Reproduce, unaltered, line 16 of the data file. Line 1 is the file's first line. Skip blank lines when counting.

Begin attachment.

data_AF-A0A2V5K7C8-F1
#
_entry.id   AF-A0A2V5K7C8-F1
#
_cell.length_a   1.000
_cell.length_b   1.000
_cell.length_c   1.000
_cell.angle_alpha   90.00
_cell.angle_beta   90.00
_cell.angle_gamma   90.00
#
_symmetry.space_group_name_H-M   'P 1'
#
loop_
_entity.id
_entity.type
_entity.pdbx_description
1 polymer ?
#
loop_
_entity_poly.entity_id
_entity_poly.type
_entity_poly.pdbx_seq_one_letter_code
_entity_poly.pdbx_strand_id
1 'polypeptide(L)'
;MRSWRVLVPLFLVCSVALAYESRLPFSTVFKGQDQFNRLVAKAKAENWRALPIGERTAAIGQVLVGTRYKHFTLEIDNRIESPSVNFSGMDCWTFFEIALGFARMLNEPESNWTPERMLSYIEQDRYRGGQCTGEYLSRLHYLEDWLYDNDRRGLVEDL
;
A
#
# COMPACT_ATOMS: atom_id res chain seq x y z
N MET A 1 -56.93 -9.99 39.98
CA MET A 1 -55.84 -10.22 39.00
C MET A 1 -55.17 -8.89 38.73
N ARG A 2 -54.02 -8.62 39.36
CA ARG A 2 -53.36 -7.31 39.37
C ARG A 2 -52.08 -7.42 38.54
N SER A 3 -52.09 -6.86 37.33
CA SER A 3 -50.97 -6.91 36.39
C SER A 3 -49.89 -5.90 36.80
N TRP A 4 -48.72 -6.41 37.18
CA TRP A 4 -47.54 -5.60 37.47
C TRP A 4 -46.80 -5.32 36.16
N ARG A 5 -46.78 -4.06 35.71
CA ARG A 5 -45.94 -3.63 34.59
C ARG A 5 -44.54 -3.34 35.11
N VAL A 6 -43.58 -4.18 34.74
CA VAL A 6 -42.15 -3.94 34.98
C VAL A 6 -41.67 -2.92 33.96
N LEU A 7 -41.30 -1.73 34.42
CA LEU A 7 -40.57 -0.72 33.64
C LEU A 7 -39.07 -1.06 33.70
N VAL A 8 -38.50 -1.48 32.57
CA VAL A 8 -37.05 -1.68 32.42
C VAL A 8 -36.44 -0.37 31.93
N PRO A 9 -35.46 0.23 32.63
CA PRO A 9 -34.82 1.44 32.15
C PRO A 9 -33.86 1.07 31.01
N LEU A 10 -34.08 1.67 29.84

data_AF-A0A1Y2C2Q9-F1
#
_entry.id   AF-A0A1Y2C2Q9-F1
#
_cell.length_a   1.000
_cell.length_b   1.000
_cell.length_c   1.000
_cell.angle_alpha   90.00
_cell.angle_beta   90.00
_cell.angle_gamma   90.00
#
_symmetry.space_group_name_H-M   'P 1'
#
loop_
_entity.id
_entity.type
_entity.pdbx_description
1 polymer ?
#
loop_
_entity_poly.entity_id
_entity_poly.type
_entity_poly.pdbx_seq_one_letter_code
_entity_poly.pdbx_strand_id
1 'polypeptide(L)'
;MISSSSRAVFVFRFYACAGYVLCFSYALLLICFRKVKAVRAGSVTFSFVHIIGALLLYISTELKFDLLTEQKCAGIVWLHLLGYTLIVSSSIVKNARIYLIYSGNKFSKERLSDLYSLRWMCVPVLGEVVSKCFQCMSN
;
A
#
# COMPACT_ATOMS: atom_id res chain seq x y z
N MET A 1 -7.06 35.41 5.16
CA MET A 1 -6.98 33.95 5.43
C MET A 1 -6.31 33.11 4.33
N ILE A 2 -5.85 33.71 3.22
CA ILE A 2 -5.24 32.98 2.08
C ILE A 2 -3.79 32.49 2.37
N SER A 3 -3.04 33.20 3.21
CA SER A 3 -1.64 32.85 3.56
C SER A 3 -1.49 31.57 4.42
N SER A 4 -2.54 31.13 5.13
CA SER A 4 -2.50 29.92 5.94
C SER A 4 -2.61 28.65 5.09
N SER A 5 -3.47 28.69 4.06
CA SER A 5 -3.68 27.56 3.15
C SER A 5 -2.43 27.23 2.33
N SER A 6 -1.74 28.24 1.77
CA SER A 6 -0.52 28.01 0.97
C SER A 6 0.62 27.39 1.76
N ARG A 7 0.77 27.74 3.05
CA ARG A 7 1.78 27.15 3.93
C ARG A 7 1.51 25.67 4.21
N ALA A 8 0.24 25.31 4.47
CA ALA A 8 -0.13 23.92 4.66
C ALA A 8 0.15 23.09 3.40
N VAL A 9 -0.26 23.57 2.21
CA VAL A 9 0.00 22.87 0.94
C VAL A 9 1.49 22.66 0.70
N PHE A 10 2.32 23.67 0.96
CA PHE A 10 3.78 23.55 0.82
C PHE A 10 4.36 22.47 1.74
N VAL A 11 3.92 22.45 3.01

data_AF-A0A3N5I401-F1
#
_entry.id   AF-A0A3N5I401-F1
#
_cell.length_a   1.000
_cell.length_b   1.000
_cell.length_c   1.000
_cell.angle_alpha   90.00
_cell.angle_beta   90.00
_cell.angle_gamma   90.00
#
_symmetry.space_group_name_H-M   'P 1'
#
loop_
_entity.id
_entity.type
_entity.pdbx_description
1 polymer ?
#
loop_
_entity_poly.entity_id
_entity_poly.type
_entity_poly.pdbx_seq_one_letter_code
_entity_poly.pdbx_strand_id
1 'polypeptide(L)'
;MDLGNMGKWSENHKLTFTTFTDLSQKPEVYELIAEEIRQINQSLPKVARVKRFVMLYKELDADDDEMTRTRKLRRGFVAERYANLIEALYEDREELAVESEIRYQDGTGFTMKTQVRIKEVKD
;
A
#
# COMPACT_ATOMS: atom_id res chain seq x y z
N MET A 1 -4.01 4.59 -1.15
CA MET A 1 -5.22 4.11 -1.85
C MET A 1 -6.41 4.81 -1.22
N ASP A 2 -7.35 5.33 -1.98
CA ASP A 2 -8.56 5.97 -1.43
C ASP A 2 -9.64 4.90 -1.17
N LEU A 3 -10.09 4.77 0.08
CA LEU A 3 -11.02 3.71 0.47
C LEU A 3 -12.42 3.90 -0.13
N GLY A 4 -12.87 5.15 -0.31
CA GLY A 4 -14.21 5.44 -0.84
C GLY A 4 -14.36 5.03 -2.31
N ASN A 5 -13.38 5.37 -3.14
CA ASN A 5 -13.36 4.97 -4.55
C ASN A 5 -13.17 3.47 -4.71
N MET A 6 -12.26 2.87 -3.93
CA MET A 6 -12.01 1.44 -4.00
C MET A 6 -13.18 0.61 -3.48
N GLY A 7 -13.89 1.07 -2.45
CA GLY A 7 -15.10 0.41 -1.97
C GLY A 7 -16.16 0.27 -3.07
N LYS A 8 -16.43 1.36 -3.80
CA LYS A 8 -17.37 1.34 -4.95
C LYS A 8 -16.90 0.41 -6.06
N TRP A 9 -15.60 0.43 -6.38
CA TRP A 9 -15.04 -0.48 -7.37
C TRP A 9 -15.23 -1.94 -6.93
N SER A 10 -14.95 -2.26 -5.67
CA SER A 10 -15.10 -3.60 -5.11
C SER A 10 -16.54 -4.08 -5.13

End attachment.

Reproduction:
_entity.type